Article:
As the duo began their performance, Eric proudly told us that he had been given a haircut by the famous Penny Lane Barber and showed the certificate to prove it. Although they are individual artists, when they sing and play together there is a tremendous synergy between them. Their soaring vocal harmonies and guitars blend together to create a gorgeous sound, very reminiscent of The Everly Brothers (yes, they are that good and yes, in case you are wondering, I have seen The Everly Brothers play live on more than one occasion).
Eric and Peter have released two albums as a duo (2008’s “You Don’t Have To Like Them Both” and 2010’s “Master Sessions” with legendary players Lloyd Green and Mike Auldridge). Peter has made two solo albums (“Mission Door” and “The Lloyd Green Album”). Tonight’s long set was drawn from those albums and a few new songs, including Peter’s hilarious (John Prine influenced?) “Grandma’s Tattoo”, which is available as a free download.
Both Peter and Eric are wonderful songwriters and tell great stories. Particular standouts were “Feel Much Better Now” (Peter’s song about his experiences in teaching and selling fast food); Eric’s gothic “Dismal Hollow Road” and the co-written “Missoula Tonight” about having to flee your home to escape a forest fire. As today was the forty-third anniversary of the first Apollo moon landings, we had a tribute to Neil Armstrong (“Tranquility Base”). In total contrast, we had a song about a music-loving Nashville doorman by the name of “Big Steve”.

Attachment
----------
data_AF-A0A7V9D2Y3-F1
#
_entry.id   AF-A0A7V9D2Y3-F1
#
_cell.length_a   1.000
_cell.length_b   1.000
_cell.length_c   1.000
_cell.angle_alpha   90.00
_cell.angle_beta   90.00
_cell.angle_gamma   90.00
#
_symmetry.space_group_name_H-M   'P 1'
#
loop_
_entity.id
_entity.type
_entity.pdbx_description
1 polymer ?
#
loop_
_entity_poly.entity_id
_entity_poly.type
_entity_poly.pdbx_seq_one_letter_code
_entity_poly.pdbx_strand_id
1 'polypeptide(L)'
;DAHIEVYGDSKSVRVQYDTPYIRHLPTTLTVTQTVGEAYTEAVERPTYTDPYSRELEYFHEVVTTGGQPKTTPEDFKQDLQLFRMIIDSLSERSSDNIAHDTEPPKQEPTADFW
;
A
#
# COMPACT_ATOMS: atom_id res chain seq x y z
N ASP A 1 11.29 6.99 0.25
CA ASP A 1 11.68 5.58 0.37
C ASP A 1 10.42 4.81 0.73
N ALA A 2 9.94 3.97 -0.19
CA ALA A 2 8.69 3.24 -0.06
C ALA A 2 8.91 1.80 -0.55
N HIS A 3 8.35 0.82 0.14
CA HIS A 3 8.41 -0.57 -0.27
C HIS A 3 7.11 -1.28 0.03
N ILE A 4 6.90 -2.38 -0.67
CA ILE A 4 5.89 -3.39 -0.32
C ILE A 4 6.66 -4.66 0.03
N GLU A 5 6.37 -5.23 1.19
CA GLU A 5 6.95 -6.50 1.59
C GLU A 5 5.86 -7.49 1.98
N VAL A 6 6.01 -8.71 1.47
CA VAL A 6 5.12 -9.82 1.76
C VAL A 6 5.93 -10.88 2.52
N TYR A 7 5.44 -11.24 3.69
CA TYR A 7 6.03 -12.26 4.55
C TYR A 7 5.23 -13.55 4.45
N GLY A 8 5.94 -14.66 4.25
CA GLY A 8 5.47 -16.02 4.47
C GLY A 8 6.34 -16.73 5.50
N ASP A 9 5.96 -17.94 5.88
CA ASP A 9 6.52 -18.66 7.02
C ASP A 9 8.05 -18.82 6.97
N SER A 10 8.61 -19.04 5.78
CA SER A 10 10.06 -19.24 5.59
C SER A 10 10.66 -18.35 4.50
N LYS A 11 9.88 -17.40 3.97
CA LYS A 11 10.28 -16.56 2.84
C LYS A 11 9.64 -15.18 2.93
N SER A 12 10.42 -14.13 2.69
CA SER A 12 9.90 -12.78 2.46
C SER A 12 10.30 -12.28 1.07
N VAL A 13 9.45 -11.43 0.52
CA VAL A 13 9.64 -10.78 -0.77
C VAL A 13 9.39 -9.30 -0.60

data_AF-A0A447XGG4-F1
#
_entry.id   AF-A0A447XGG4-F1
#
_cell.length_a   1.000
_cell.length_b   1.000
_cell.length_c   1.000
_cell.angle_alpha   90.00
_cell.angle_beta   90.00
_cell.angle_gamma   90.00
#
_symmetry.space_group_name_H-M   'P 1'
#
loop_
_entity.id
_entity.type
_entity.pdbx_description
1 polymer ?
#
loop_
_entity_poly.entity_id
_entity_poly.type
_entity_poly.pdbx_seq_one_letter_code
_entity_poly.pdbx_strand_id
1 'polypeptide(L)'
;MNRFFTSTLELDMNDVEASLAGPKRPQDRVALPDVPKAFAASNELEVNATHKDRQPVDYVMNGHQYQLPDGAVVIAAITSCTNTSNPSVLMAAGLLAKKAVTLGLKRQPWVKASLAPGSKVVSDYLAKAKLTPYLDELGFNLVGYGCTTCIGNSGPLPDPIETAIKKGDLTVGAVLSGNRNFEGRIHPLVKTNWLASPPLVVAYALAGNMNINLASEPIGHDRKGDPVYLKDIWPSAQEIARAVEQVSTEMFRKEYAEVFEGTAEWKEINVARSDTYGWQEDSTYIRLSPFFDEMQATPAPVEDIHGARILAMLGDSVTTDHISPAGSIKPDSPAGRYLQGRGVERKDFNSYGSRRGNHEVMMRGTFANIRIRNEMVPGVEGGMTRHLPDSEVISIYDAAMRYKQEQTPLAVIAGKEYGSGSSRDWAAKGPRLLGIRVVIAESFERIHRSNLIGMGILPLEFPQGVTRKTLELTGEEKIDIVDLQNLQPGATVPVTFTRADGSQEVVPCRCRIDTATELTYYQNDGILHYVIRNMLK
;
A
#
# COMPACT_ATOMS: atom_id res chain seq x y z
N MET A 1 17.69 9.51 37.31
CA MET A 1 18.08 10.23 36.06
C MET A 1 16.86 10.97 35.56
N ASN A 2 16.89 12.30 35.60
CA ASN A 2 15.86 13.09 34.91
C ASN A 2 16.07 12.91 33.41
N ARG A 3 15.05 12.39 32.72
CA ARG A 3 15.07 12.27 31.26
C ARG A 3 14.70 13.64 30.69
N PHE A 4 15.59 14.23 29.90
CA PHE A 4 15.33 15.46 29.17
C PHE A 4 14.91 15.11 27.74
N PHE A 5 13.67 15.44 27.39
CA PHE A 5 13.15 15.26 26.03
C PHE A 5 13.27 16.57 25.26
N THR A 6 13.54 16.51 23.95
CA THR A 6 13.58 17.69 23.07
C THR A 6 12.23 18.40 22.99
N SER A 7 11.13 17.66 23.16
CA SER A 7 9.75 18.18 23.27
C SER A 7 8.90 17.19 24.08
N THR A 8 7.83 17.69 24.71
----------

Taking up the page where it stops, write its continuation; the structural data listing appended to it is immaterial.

Eric and Peter proudly announced their status as Grammy Losers (in 2011 they were nominated for a Grammy Award as co-producers of the album “I Love: Tom T. Hall’s Songs Of Fox Hollow” but unfortunately did not win). From that album they played the track “Sneaky Snake” which was performed on the record by Nashville music legend Buddy Miller and the King of Twang, Duane Eddy (somehow they managed to replicate Eddy’s guitar solo using acoustic guitars!).
Eric and Peter were joined by guest vocalist Gabi from The Good Intentions for a superb version of Englishman Paul Kennerly’s “First In Line”, which was covered by The Everly Brothers and Emmylou Harris (it is rumoured to be one of Emmy’s favourite songs). Incidentally, Bob Harris had played Eric and Peter’s version the previous evening on his Radio 2 Country show. Another guest spot featured Andrea Glass singing Bruce Springsteen’s “Dancing In The Dark ” accompanied by Peter Cooper, which went down well with the crowd. Eric and Peter also played some great covers, including a powerful version of Kevin Gordon’s “Down To The Well”, the great John Hiatt’s “Train To Birmingham” (that’s Alabama, not West Midlands) and a lovely version of their hero Tom T. Hall’s tear-jerker “I Flew Over Our House Last Night” about a man seeing his former home (which is occupied by his ex) from an aeroplane.
It was another great Liverpool Acoustic night at the View Two Gallery, and then it was time to get that Last Train Home!
© 2012 Peter Cowley – Fatea Magazine
republished with kind permission
Live Review: Eric Brace and Peter Cooper
September 7, 2016
September 6, 2016
September 4, 2016
September 3, 2016